Degree or two reducing snow fall accumulations, Sandhills still "under the gun"

Staff Writer

The change from rain to snow did not happen as quickly as meteorologists with the National Weather Service (NWS) office in North Platte thought it might and the result is less snow in the storm for this weekend.

"A degree or two made all the difference," meteorologist Shawn Jacobs said. It was originally thought the changeover would occur during the Friday evening hours. "Most places it was around dawn (Saturday)."

There are reports of treacherous roads, however, due to the slush that is gathering on highways and roads. Butler said as of 10 a.m. Saturday (12/1/18) there have been no changes to the winter storm warning or advisories.

Snowfall forecasts have been lowered somewhat due to the higher than expected temperatures. Also, due to snow compacting and melting on the ground, measurements of the snow on the ground may not accurately reflect what actually fell.

Near Valentine, 6.5 inches of snow has been reported by mid-Saturday morning, Mullen reported 5 and Anselmo reported 4. A representative from Bassett said there was two inches there.

There will continue to be significant impact to travel.

The Hwy 20 corridor from Valentine to O'Neill should see a solid 8 to 12 inches of snow, Jacobs said. The I-80 corridor from Deuel County to Lincoln County could see about three inches (west) and as much as 6-8 (east).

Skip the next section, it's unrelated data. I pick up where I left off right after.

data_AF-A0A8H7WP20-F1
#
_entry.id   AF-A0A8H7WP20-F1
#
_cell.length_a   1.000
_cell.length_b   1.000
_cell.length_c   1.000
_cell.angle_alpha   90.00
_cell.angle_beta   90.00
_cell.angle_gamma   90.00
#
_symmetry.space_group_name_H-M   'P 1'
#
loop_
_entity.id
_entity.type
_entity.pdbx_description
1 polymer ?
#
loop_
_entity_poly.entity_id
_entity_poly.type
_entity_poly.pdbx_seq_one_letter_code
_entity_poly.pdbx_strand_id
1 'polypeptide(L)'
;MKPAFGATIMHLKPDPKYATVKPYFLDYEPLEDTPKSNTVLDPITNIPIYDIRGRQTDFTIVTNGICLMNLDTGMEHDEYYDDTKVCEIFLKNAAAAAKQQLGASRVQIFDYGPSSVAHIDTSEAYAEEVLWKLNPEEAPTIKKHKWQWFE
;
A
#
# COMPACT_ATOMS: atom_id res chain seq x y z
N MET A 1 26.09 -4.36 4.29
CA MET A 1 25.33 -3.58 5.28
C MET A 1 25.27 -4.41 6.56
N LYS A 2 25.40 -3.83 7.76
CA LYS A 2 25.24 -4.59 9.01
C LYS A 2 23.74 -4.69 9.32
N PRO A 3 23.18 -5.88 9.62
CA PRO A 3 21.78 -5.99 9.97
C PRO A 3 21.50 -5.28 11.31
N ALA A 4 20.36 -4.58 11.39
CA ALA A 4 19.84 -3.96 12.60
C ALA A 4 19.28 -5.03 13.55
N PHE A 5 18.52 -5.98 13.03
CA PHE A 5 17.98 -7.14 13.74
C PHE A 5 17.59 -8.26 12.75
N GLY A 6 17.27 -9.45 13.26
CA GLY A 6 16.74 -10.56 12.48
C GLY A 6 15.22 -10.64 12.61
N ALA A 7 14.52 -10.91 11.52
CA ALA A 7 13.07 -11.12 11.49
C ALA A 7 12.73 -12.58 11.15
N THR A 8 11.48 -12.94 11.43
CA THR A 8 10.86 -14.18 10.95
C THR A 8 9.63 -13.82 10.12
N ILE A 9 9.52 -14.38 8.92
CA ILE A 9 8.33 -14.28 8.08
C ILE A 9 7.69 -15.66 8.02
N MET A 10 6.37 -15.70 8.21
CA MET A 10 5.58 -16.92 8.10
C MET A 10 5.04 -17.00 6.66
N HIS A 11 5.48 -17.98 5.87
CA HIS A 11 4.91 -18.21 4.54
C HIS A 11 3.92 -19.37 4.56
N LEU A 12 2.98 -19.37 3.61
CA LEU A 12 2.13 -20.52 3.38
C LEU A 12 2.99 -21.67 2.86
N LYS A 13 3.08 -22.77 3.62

Reduced visibility is not from blowing snow but from falling snow. Generally there are visibility ranges from 1/2 mile to 2 miles.

The heavy wet snow will crystallize and become much finer, Jacobs said. "It will be easier to blow around, especially in north central Nebraska." Travelers should be aware that blowing snow will be possible, especially on Sunday.

Temperatures today are expected to be in the lower to mid 30s and tomorrow in the 20s.

Heavier snow fall forecasts have shifted somewhat to the north. Though forecast totals are down, Jacobs said snow will continue to accumulate. "The Sandhills are still under the gun," he said. "North central Nebraska is still under the gun."

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